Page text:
Edmund Halley was born October 29, 1656 in Haggerston, Shoreditch, England. He was a very wealthy and educated man. At the age of 17, he entered Queen's College Oxford, already an expert astronomer. Later in life, King George II backed Halley’s trip to St. Helena Island, the southernmost point of the British Empire, to study and catalogue the southern hemisphere stars(9).


Overtime, through his astronomical studies and observations, Halley had demonstrated that Kepler's third law implied the inverse square law of attraction, and began to question whether this implied elliptical orbits for planetary motion. Investigating the matter further, he visited his good friend, Isaac Newton in Cambridge only to learn that Newton claimed to have solved the problem four years earlier, but could not find the proof among his papers(10). Armed with Kepler's Laws of Planetary Motion, and Newton’s theories of elliptical orbit, Halley recognized that the comets recorded in 1456, 1531, 1607, and 1682 all followed similar paths. He then deduced that these were all, in fact, the same comet(11). Unfortunately, Halley did not live to see the return of the comet, which would later bear his name, on Christmas Day in 1758(12).

Other Accomplishments

Edmund Halley had many other accomplishments in his life along with the discovery of his now famous comet. During his years of scientific study he created two different diving bells to make underwater exploration possible. By studying the moon, he developed a method of determining longitude at sea, and if that were not enough, he also studied archaeology, geophysics, the history of astronomy, and the solution of polynomial equations(13).


Halley’s Comet: A Closer Look






Halley's Clockwise, Inclined Orbit http://csep10.phys.utk.edu/astr161/lect/comets/halley.html
Halley's Clockwise, Inclined Orbit http://csep10.phys.utk.edu/astr161/lect/comets/halley.html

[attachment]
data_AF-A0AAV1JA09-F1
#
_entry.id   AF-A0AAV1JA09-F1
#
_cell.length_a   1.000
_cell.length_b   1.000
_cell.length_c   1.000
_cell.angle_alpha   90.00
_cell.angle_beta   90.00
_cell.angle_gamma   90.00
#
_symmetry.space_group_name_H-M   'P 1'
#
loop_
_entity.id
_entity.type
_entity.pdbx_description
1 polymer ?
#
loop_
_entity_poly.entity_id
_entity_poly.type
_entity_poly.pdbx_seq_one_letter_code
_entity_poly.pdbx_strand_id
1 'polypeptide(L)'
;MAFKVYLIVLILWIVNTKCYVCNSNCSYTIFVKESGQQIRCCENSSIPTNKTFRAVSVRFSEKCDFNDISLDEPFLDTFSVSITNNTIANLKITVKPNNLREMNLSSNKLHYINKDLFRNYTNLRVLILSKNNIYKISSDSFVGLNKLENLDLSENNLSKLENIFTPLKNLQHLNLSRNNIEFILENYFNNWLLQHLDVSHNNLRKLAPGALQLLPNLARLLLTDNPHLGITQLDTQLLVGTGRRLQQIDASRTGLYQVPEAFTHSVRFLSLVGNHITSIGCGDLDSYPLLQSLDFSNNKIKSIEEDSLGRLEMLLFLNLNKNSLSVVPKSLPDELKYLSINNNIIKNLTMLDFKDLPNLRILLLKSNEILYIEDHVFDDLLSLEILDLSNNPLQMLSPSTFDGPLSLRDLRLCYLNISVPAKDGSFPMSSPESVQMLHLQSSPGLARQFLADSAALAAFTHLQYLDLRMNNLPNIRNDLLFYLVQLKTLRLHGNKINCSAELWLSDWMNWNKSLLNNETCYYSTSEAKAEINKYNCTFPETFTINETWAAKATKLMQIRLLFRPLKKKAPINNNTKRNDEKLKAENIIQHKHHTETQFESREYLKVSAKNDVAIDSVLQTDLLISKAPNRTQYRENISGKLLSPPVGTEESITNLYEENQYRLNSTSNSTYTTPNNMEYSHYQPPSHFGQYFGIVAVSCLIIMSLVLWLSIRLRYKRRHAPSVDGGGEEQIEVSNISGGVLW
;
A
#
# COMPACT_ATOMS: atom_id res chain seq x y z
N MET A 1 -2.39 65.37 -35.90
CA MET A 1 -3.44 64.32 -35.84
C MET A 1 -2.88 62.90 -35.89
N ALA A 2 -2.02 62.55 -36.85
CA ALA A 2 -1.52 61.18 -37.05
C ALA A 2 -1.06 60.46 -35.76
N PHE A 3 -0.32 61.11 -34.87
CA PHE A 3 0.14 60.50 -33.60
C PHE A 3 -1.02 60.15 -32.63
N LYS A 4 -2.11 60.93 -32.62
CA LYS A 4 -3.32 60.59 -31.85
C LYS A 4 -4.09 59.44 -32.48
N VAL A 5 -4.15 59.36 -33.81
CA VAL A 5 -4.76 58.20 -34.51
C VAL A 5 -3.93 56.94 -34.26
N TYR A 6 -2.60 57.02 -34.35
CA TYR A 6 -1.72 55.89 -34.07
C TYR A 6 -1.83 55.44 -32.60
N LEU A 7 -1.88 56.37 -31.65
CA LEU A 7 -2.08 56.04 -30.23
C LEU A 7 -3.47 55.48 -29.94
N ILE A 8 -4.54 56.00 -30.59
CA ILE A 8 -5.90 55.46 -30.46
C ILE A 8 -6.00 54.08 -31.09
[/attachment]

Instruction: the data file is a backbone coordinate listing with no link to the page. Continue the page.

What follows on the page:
Halley’s Comet is the only periodical comet that can become a bright naked-eye object. It has an orbital eccentricityof 0.96727 and is inclined to the ecliptic at 162.239°r. Its distance at perhelion, inside the orbit of Venus, is 0.58720 AU and at aphelion, beyond the orbit of Neptune, is 35.33 AU(14). The comet’s orbital period is approximately 76 years. It is not definite since the gravitational pull of major planets alters its travel time. It also orbits clockwise, the opposite direction of most other planetary motion(15). The nucleus of Halley’s Comet is very dark, with an albedoof .03. This makes it darker than coal as well as one of the darkest objects in the solar system. The nucleus has a very low density. It is considerably less than the density of water, suggesting that the nucleus is part ice and part empty space. Knowing this, scientists have reason to believe that Halley's nucleus is porous (16). The picture below is a diagram of Halley's orbit. It orbits in retrograde motion, meaning it travels in the opposite direction of other celestial bodies. The diagram also shows that Halley's orbit is highly eccentric, stretching from the inner solar system to beyond Neptune. Lastly, it shows that the comet's orbit is inclined, not in the same plane as most other objects in the solar system.

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Resources:
1, 2, 3, 4, 8. Bennett, Donahue, Shneider, & Voit. (2010). The Cosmic Perspective.
5. What is a Comet? http://www.solarviews.com/eng/comet/whatis.htm
6, 7. Lecture; The Cosmic Perspective
9,10,11,12,13. Edmund Halley: More Than Just a Comet. Nick Greene. __http://space.about.com/cs/astronomerbios/a/edmundhalley__.htm
14, 15, 16. Halley’s Comet http://infoman16.tripod.com/Articles/halley.htm__